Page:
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What would your ‘leadership letter’ say?

My daughter-in-law (I mentioned this once before – sorry if you read it then) managed the children’s department of a book store. It ran fine under its previous boss. But, no-one knew what she did. When my daughter-in-law took over, she found ring binders full of procedures. For a few weeks, she was terrified of doing anything but follow them.

Then she thought “Wouldn’t this bit be better, if….” and changed it. People were pleased. She changed a bit more. They were more pleased with the results. She ended up changing a whole lot more, having shaken off the fear that this was some clockwork mechanism and if you tinkered with it the whole thing would fall apart.

She was rewarded by being offered a higher level job. All good so far, but what impressed me was the lack of ego in what she said to her successor (my daughter-in-law is an Aussie and I find the ego that is a part of UK management style is often absent with Aussie managers. Discuss).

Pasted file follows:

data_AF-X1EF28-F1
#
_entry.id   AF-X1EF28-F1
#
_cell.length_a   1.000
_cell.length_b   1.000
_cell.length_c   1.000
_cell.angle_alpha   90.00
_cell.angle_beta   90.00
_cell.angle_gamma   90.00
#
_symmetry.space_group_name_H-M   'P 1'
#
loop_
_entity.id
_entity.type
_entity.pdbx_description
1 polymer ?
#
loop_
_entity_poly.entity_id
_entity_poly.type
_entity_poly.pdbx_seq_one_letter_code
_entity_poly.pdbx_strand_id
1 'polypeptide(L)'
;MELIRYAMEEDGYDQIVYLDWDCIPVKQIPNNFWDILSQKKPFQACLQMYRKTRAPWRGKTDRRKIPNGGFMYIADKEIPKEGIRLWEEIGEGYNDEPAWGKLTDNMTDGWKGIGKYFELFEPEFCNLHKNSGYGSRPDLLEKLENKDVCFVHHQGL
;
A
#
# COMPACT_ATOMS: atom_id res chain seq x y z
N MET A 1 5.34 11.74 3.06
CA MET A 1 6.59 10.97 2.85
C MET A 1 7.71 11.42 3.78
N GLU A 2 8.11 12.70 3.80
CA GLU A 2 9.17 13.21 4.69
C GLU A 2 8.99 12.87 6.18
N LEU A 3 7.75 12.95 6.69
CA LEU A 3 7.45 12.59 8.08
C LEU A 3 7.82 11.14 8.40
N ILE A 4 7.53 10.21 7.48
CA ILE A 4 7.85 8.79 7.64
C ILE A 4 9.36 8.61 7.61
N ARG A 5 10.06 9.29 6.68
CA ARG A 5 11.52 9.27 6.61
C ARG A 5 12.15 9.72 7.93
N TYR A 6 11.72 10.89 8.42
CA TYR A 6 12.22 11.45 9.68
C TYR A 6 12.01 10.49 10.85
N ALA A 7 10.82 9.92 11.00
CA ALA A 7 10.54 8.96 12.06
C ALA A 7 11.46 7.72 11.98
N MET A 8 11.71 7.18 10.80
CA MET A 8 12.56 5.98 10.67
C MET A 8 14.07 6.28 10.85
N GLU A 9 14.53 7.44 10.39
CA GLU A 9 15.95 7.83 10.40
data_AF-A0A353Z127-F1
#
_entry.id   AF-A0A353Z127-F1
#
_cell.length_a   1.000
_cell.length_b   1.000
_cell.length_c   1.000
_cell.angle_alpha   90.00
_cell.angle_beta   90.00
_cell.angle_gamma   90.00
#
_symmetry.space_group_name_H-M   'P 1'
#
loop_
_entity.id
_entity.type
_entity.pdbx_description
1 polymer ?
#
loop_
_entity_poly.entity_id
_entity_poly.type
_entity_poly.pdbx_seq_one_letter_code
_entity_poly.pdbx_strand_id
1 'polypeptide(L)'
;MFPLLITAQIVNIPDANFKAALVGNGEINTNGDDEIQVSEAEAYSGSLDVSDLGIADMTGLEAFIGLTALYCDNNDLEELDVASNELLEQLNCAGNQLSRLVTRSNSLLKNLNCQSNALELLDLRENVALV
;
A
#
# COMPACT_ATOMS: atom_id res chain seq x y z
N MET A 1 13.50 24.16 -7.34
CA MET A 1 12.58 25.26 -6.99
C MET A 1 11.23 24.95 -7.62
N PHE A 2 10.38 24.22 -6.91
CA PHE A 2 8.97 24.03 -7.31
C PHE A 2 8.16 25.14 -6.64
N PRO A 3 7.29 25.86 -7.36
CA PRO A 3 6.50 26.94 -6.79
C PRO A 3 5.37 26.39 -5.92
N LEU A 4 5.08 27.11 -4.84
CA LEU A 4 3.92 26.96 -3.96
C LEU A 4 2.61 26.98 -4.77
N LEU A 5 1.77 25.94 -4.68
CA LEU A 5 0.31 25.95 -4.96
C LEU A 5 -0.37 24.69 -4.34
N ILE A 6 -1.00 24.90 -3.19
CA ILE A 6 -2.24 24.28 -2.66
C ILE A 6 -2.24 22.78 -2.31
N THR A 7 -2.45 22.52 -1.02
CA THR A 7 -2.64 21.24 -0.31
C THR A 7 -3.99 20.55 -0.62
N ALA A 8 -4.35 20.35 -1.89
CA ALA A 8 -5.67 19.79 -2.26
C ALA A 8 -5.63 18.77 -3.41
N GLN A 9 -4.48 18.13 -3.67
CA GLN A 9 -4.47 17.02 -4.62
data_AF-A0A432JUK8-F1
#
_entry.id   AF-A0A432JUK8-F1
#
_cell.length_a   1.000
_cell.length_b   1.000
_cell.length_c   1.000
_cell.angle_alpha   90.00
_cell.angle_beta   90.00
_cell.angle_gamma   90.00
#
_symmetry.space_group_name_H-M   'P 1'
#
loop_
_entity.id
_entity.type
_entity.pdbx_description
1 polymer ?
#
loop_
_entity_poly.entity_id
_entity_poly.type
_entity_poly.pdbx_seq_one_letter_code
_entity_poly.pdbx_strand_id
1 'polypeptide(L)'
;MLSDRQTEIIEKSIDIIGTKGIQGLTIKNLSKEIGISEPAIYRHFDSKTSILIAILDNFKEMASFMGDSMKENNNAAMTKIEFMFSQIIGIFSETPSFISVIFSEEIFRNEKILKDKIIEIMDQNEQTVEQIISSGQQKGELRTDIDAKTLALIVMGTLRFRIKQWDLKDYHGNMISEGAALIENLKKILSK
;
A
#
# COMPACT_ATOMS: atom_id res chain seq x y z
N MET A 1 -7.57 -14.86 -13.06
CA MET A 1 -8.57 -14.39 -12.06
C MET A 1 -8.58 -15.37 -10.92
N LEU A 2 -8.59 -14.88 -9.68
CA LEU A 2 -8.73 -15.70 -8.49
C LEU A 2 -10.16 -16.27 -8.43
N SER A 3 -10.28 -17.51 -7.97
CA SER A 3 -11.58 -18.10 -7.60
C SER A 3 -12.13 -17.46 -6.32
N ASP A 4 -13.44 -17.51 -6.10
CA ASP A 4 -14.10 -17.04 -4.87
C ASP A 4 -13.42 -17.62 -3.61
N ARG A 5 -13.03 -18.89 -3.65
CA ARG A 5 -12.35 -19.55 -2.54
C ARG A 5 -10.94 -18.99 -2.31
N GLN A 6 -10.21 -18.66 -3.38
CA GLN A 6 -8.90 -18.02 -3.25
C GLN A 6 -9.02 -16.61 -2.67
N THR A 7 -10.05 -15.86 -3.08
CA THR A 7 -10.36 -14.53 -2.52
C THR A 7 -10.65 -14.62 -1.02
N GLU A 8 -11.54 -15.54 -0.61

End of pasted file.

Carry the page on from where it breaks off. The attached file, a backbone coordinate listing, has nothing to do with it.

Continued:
She handed over to her successor and talked through with her all the (changed) procedures for managing the department. She said she did that so that her successor wouldn’t be left in the dark and clueless as she felt herself on walking into that job. And then she said the best thing: “When I come back in a month to visit, you need to show me what you’ve changed to make the department run better. If you haven’t changed at least one thing I used to do and replaced it with something better, I’ll be SO upset.”

Wow. How do they get that wise, that young?

Art Petty has a nice blog post over on his website called “Things I wish someone would have told me when I became a leader.”

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